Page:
On The Garden Path

Missouri garden offers a look at traditional Chinese garden


| November 2006



Garden-balustrade.jpg

The white, marble balustrade overlooks the reflecting pool.

Mary-Eileen Rufkahr

There is a traditional saying that Chinese gardens are built, not planted. These types of gardens are filled with mosaic pavement, pavilions, bridges and benches. The Margaret Grigg Nanjing Friendship Garden at the Missouri Botanical Garden reflects this philosophy faithfully, yet within its walls, there also lie lush, beautiful flowers, plants and foliage.

The garden's origins began as a way to honor the sister-city relationship established between St. Louis and Nanjing in 1979. Chinese-American architect Yong Pan designed the garden, which was dedicated in 1996. The city of Nanjing donated many of the unique features in the garden.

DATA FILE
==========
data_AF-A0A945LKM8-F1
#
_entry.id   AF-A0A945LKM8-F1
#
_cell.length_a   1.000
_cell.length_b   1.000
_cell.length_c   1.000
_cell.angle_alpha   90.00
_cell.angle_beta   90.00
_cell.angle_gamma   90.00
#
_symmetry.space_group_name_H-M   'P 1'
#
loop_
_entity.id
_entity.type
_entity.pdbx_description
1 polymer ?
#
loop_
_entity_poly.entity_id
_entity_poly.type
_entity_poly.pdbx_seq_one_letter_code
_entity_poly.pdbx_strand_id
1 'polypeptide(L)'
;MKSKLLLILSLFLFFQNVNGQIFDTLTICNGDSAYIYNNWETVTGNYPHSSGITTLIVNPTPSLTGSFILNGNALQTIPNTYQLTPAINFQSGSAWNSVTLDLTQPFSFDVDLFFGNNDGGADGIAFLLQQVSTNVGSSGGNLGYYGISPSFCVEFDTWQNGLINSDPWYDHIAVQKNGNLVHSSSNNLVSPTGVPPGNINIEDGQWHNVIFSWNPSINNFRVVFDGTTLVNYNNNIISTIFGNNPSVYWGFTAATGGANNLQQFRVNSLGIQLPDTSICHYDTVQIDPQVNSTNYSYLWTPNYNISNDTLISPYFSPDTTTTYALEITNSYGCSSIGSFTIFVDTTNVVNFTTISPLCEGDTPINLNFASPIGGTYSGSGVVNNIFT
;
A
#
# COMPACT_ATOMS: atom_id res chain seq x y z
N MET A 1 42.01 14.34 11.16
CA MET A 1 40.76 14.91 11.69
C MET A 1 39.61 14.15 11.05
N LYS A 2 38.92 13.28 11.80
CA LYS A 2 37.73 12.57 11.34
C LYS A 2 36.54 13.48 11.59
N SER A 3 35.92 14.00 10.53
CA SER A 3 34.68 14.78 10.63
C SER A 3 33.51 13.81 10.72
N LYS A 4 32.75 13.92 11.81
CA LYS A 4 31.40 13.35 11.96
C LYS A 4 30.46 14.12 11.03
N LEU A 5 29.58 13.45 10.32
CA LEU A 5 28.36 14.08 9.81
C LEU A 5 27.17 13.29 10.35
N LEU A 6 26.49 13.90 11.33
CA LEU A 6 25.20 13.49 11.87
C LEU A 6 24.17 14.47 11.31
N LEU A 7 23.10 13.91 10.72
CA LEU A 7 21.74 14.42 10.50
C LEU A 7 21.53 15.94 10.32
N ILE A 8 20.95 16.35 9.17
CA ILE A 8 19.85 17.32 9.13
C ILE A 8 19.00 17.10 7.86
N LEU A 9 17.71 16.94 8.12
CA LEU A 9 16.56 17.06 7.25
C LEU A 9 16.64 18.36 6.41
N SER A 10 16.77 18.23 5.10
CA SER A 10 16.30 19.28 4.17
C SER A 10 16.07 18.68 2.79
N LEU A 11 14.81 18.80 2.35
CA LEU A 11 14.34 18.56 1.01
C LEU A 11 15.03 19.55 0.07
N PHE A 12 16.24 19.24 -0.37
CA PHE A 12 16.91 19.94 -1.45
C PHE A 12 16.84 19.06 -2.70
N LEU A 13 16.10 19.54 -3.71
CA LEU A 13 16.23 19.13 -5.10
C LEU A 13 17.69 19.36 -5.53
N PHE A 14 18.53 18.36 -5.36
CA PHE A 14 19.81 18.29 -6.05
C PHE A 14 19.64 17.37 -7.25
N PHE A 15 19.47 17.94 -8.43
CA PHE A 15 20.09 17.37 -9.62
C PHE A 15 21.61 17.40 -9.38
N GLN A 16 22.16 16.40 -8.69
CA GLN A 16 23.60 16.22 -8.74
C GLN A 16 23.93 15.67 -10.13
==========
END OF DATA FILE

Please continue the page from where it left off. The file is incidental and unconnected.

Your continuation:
Traditionally, Chinese gardens follow two distinctive styles - those of the north, with gilded roofs and accents of brilliant red, and those of the southern provinces, which favor a monochromatic scheme of grays, white and black. The Nanjing garden was created to reflect the southern style. However, since the St. Louis climate more closely resembles the northern provinces, many plant species are hardy, southern perennials. Tender ornamentals are displayed in containers and moved inside during winter months.

True Chinese gardens use plants sparingly. Each one is selected for its symbolic meaning. Bamboo represents a strong, resilient character; chrysanthemums represent splendor; and narcissus symbolizes the process of regeneration.

The Nanjing garden is also thought of as a 'scholar's garden,' designed to provide a retreat from the distractions of the day.

Entry to the garden is through what is called the 'moon gate.' The circular shape symbolizes the idea of perfection. The walkway into the garden is paved with colorful mosaics, one of which features a phoenix, in honor of the empress.





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